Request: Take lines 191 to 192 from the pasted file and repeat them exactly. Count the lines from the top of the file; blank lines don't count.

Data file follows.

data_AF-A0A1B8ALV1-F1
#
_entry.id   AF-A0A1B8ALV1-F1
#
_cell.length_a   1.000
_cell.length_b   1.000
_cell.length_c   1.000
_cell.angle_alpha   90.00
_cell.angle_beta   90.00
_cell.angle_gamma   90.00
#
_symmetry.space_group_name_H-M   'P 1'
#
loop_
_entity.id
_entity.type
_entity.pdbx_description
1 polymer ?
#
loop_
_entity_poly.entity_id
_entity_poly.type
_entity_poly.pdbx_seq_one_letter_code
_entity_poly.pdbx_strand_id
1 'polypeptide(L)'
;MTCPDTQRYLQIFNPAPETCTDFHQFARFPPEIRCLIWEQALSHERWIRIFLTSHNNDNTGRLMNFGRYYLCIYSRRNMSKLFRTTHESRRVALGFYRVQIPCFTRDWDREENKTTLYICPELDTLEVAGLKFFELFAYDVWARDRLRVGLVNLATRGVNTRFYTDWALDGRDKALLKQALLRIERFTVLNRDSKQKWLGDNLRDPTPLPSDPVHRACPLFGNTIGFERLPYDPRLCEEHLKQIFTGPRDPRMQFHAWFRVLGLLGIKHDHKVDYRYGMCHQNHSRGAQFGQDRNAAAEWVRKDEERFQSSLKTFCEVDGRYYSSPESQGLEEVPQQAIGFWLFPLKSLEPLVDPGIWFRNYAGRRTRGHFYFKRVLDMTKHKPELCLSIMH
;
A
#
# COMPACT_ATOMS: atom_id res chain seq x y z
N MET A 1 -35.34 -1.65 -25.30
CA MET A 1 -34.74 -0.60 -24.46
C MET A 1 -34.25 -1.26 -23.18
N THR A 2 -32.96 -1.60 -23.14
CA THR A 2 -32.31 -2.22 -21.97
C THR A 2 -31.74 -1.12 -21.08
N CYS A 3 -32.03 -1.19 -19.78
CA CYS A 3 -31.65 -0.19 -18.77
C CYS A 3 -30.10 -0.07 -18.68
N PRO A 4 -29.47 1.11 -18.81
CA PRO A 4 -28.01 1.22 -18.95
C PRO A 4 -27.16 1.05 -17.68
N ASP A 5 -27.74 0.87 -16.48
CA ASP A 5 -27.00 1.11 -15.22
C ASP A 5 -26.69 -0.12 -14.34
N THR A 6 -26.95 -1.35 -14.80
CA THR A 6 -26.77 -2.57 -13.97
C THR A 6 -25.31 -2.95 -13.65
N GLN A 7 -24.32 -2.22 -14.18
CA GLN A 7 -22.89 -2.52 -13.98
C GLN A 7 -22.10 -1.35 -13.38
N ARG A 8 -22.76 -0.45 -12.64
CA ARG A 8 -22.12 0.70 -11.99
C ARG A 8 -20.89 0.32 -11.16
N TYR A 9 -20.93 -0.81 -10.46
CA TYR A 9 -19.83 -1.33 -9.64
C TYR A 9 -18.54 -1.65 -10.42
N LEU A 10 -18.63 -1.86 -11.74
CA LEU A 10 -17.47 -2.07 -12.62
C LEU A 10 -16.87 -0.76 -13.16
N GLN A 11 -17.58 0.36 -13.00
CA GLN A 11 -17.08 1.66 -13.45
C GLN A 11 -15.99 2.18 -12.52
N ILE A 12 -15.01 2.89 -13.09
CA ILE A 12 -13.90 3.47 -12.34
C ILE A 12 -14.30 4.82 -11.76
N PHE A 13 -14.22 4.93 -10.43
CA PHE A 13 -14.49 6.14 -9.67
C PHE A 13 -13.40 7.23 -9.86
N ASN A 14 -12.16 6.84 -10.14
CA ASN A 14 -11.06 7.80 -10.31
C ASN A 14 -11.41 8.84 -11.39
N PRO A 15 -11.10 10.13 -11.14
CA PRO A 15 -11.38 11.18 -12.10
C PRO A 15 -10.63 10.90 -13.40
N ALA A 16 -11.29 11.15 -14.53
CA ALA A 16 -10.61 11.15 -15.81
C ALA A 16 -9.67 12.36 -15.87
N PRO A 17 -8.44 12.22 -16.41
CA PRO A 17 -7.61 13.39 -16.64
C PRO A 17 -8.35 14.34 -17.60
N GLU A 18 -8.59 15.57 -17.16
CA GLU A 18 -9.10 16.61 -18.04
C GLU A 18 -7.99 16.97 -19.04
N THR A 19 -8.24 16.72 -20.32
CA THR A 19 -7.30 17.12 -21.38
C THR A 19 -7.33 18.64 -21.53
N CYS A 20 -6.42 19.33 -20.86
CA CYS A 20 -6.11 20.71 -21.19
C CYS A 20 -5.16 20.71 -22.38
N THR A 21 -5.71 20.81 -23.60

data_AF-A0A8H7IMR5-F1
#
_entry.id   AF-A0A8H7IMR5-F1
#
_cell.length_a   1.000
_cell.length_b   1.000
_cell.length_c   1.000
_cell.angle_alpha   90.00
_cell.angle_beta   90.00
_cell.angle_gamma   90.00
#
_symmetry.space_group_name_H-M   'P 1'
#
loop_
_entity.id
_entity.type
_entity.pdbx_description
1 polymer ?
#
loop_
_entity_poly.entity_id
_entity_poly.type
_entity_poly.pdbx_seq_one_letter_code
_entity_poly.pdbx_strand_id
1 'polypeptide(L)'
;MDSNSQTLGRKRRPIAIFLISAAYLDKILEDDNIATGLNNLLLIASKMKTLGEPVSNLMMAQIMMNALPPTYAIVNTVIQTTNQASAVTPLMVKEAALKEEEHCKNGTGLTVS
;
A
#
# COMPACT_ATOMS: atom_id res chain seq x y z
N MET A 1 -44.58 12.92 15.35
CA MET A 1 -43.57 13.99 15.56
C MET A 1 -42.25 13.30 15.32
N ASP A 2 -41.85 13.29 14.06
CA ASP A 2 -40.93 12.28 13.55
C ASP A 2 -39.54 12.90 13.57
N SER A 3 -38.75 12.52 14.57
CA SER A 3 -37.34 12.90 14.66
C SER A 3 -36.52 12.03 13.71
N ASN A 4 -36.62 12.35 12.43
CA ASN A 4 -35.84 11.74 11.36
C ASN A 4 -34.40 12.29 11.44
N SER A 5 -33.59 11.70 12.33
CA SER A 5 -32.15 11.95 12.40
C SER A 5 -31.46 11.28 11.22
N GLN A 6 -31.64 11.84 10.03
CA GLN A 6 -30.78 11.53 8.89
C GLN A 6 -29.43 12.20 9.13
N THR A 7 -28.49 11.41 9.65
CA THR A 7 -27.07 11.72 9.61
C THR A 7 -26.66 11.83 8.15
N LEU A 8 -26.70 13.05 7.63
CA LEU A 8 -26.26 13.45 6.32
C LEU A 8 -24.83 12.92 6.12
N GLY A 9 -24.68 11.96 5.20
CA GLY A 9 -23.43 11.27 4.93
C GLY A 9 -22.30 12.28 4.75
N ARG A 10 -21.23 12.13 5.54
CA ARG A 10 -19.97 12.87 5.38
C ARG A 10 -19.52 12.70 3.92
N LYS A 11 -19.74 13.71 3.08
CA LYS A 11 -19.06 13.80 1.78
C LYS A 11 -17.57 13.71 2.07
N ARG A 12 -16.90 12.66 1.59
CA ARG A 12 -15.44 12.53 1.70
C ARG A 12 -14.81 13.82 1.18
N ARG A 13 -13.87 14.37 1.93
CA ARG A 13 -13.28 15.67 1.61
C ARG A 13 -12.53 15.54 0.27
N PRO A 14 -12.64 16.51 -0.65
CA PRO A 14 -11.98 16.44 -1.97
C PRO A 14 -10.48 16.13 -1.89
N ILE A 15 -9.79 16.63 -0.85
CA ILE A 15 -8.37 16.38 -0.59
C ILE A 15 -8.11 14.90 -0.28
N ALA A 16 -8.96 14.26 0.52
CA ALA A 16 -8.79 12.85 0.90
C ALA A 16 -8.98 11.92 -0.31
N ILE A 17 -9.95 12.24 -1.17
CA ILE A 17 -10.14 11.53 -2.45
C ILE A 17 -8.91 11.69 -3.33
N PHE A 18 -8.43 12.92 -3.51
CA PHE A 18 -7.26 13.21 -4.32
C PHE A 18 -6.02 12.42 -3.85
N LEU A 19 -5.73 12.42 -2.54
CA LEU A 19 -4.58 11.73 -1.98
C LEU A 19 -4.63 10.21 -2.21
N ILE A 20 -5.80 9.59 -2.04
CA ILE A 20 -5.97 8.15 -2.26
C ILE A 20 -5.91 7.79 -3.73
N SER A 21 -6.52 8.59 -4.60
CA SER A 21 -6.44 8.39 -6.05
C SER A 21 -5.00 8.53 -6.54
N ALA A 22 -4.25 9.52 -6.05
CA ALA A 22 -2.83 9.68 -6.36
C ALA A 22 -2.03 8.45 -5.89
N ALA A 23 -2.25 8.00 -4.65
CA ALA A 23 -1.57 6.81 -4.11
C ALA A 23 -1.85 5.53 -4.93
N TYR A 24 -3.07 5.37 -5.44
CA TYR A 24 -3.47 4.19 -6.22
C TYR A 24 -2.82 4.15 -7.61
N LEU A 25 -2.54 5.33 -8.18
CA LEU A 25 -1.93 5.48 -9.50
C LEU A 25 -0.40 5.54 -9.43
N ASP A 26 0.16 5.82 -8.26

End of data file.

N TYR A 24 -3.07 5.37 -5.44
CA TYR A 24 -3.47 4.19 -6.22